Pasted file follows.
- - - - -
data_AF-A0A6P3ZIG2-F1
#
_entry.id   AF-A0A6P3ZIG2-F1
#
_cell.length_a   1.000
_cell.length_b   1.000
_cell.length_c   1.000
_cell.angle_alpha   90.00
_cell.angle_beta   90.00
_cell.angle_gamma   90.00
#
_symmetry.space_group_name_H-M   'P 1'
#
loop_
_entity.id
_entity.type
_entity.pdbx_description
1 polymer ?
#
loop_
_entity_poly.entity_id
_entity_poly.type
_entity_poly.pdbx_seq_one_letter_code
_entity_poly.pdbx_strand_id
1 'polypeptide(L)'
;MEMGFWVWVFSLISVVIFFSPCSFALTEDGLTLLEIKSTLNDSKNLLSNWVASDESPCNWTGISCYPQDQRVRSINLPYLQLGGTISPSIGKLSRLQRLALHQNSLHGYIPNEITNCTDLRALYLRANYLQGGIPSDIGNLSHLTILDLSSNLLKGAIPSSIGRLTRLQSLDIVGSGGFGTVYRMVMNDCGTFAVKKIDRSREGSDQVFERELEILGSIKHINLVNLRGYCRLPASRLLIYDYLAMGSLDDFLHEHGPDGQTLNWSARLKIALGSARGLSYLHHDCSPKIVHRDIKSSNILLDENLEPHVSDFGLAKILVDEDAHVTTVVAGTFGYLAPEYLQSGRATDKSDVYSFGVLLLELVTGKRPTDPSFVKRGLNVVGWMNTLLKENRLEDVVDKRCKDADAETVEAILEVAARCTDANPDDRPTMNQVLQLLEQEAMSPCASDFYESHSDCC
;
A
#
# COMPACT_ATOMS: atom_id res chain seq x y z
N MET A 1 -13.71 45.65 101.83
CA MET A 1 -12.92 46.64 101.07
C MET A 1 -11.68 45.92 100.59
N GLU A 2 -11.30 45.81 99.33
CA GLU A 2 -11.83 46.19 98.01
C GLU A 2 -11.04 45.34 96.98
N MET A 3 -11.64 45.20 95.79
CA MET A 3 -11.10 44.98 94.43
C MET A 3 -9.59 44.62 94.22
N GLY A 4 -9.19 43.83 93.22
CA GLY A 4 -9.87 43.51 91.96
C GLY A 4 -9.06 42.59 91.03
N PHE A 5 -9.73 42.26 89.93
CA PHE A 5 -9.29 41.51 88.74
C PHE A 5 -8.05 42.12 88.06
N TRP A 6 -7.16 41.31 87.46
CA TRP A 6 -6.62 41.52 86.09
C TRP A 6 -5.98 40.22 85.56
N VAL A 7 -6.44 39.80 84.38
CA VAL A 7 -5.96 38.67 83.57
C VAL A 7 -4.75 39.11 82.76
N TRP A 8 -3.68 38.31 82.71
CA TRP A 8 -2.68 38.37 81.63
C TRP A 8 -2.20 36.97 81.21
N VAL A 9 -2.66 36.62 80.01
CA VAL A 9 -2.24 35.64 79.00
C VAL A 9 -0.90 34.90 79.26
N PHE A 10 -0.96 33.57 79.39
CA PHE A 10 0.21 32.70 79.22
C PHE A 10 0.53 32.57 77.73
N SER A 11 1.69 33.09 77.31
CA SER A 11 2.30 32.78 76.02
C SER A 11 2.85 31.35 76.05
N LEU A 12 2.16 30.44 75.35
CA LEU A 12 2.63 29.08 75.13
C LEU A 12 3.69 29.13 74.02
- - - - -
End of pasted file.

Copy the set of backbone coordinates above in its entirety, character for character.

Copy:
data_AF-A0A6P3ZIG2-F1
#
_entry.id   AF-A0A6P3ZIG2-F1
#
_cell.length_a   1.000
_cell.length_b   1.000
_cell.length_c   1.000
_cell.angle_alpha   90.00
_cell.angle_beta   90.00
_cell.angle_gamma   90.00
#
_symmetry.space_group_name_H-M   'P 1'
#
loop_
_entity.id
_entity.type
_entity.pdbx_description
1 polymer ?
#
loop_
_entity_poly.entity_id
_entity_poly.type
_entity_poly.pdbx_seq_one_letter_code
_entity_poly.pdbx_strand_id
1 'polypeptide(L)'
;MEMGFWVWVFSLISVVIFFSPCSFALTEDGLTLLEIKSTLNDSKNLLSNWVASDESPCNWTGISCYPQDQRVRSINLPYLQLGGTISPSIGKLSRLQRLALHQNSLHGYIPNEITNCTDLRALYLRANYLQGGIPSDIGNLSHLTILDLSSNLLKGAIPSSIGRLTRLQSLDIVGSGGFGTVYRMVMNDCGTFAVKKIDRSREGSDQVFERELEILGSIKHINLVNLRGYCRLPASRLLIYDYLAMGSLDDFLHEHGPDGQTLNWSARLKIALGSARGLSYLHHDCSPKIVHRDIKSSNILLDENLEPHVSDFGLAKILVDEDAHVTTVVAGTFGYLAPEYLQSGRATDKSDVYSFGVLLLELVTGKRPTDPSFVKRGLNVVGWMNTLLKENRLEDVVDKRCKDADAETVEAILEVAARCTDANPDDRPTMNQVLQLLEQEAMSPCASDFYESHSDCC
;
A
#
# COMPACT_ATOMS: atom_id res chain seq x y z
N MET A 1 -13.71 45.65 101.83
CA MET A 1 -12.92 46.64 101.07
C MET A 1 -11.68 45.92 100.59
N GLU A 2 -11.30 45.81 99.33
CA GLU A 2 -11.83 46.19 98.01
C GLU A 2 -11.04 45.34 96.98
N MET A 3 -11.64 45.20 95.79
CA MET A 3 -11.10 44.98 94.43
C MET A 3 -9.59 44.62 94.22
N GLY A 4 -9.19 43.83 93.22
CA GLY A 4 -9.87 43.51 91.96
C GLY A 4 -9.06 42.59 91.03
N PHE A 5 -9.73 42.26 89.93
CA PHE A 5 -9.29 41.51 88.74
C PHE A 5 -8.05 42.12 88.06
N TRP A 6 -7.16 41.31 87.46
CA TRP A 6 -6.62 41.52 86.09
C TRP A 6 -5.98 40.22 85.56
N VAL A 7 -6.44 39.80 84.38
CA VAL A 7 -5.96 38.67 83.57
C VAL A 7 -4.75 39.11 82.76
N TRP A 8 -3.68 38.31 82.71
CA TRP A 8 -2.68 38.37 81.63
C TRP A 8 -2.20 36.97 81.21
N VAL A 9 -2.66 36.62 80.01
CA VAL A 9 -2.24 35.64 79.00
C VAL A 9 -0.90 34.90 79.26
N PHE A 10 -0.96 33.57 79.39
CA PHE A 10 0.21 32.70 79.22
C PHE A 10 0.53 32.57 77.73
N SER A 11 1.69 33.09 77.31
CA SER A 11 2.30 32.78 76.02
C SER A 11 2.85 31.35 76.05
N LEU A 12 2.16 30.44 75.35
CA LEU A 12 2.63 29.08 75.13
C LEU A 12 3.69 29.13 74.02